Take A Peek At The Stomach Contents Of A 47 Million-Year-Old Fly

If you found it 47 million years after your death, what do you see when scientists examine the contents of your stomach? The process of preserving one last meal of pizza pockets cannot survive as firmly as the contents of the stomach discovered inside the fly that enjoyed his last meal at Eosin.

Published in the journal Current Biology, a new study was able to peek into the stomach of a fly spread over pollen about 47 million years ago, providing insights into the feeding behavior of flies and its environmental role as pollinators. Using photogrammetry, a team of scientists was able to detect a large amount of pollen inside the stomach of a fly trapped inside an ancient fossil found in the UNESCO World Heritage Site “Messel Pit”. The species – which is new to science – sits within the genus Hirmoneura and has a body length of eleven millimeters (less than half an inch).

Despite its advanced age, the fly survived the process of preserving its stomach contents and revealed that it would rest with a full stomach full of pollen when it popped its claws. This is the first evidence that these flies have pollinated in the past. Bees and butterflies often top environmental leaderboard as pollinators, but the role of other insects, including flies (and ants!), is often overlooked. This new study found that dipterans (larger fly families) have been doing their job of distributing pollen for about 50 million years (already autonomous bubble-blowing drones could be future pollinators).

Take A Peek At The Stomach Contents Of A 47 Million-Year-Old Fly

Palynology is the study of particulates, focusing on pollen grains. The method developed in the field enables scientists to get an idea of ​​the existing climate as well as which plant-related species came from when the pollen formed.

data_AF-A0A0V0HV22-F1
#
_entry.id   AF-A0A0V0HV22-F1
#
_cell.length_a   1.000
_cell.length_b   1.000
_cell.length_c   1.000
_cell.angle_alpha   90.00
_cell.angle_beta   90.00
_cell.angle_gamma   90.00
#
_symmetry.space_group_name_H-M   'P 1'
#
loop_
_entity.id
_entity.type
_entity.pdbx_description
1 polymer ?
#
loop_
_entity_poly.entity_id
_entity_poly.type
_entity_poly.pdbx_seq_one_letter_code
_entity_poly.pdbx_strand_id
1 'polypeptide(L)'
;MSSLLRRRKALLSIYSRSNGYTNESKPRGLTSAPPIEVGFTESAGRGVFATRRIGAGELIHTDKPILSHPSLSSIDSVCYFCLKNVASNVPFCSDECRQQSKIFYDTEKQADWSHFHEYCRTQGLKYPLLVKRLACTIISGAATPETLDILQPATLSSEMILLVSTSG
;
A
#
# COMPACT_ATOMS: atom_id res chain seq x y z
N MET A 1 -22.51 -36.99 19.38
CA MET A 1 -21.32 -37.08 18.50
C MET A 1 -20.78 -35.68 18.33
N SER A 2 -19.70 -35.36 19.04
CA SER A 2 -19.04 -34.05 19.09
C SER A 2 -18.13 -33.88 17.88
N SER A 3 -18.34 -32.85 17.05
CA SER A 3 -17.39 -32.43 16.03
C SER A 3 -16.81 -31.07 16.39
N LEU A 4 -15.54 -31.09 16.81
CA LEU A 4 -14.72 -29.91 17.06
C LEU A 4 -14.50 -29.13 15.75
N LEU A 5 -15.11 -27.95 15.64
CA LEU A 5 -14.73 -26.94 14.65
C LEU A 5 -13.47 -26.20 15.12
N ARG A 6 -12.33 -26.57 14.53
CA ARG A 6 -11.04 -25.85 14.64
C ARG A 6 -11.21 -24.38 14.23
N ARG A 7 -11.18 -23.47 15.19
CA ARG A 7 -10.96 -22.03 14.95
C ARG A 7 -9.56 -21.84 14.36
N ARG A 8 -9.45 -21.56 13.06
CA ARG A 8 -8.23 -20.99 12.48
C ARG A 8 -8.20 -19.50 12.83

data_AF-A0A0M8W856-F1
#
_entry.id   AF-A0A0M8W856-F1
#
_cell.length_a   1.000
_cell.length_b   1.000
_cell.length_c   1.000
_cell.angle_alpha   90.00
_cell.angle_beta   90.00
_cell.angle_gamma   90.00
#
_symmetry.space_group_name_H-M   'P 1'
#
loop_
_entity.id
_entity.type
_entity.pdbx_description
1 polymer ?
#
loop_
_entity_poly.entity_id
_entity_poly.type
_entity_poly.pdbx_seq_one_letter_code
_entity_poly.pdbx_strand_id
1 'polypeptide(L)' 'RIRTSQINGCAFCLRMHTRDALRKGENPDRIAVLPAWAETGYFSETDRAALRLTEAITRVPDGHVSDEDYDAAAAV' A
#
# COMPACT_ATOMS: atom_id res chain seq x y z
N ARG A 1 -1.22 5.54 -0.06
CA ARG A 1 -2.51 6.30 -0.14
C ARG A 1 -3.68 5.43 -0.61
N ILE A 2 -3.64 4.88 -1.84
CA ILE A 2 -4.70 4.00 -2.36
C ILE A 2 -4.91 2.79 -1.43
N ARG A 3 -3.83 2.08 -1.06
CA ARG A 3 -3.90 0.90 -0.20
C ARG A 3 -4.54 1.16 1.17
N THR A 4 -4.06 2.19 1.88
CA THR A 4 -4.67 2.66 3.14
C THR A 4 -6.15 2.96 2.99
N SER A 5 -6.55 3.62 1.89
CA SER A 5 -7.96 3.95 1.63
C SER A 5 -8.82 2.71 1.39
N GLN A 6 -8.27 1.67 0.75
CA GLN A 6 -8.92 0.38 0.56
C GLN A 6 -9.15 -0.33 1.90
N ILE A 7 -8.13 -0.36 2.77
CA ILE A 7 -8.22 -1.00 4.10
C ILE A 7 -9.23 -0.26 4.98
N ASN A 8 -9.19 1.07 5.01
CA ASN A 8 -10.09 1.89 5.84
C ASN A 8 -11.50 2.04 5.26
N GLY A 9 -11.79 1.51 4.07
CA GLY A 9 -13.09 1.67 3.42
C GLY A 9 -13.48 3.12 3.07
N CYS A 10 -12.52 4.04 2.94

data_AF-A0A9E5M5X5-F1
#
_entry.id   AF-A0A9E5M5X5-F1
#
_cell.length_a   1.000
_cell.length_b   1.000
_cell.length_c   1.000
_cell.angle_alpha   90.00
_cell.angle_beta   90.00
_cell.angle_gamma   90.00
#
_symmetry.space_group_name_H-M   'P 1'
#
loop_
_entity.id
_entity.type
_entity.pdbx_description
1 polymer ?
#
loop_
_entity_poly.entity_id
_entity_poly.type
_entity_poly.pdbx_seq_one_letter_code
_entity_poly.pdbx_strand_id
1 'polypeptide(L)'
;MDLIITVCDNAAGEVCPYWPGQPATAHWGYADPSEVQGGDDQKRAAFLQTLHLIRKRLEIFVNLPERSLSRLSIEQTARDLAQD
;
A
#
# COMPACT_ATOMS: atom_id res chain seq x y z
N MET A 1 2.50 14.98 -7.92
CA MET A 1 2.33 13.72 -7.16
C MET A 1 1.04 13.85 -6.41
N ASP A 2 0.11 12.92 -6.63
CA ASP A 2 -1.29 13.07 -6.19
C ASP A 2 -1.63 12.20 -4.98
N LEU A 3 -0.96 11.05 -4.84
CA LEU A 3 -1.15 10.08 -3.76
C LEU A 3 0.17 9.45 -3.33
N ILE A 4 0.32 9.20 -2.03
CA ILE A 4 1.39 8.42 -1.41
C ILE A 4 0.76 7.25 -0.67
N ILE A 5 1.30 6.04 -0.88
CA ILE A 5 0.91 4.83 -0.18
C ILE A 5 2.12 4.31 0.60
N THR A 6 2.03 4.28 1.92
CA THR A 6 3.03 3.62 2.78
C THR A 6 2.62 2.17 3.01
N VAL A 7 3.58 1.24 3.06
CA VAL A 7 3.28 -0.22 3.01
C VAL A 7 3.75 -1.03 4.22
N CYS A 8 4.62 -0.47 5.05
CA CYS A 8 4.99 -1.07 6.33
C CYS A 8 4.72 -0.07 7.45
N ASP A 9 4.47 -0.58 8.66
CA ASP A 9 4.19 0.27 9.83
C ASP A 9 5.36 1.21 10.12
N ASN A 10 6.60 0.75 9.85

The team working on the Messel Peat Fly was able to identify that its last food came from the plants Sapotaceae (Sapotaceae) and Oleaceae (olives) and the more modern genus Decodon (water willow) and Parthenocissus (Virginia creeper) family plants. Said Dr Sonja Wedmann of the Senckenberg Research Institute and Natural History Museum in Frankfurt in a statement, “Food residues such fossils are extremely rare worldwide. They allow for the animals’ way of life and feeding, as well as for the environment in which the animals were subject.”

“Flying to save energy was undoubtedly avoiding long-haul planes between their food plants. We therefore assume that the trees involved in pollen can found in relatively small areas.” The pollen ratio supports the team’s hypothesis that flies were feeding on trees growing at the edge of Messel Lake and its surrounding forests. Therefore, the fossil shows, Wedmann said, that Eocene still played a role in the distribution of pollen by flies.

“We assume that flying pollen played an important role in transport and thus in the propagation of several plant families. It is possible that flies were more important than bees for pollinating tropical trees – and still are.”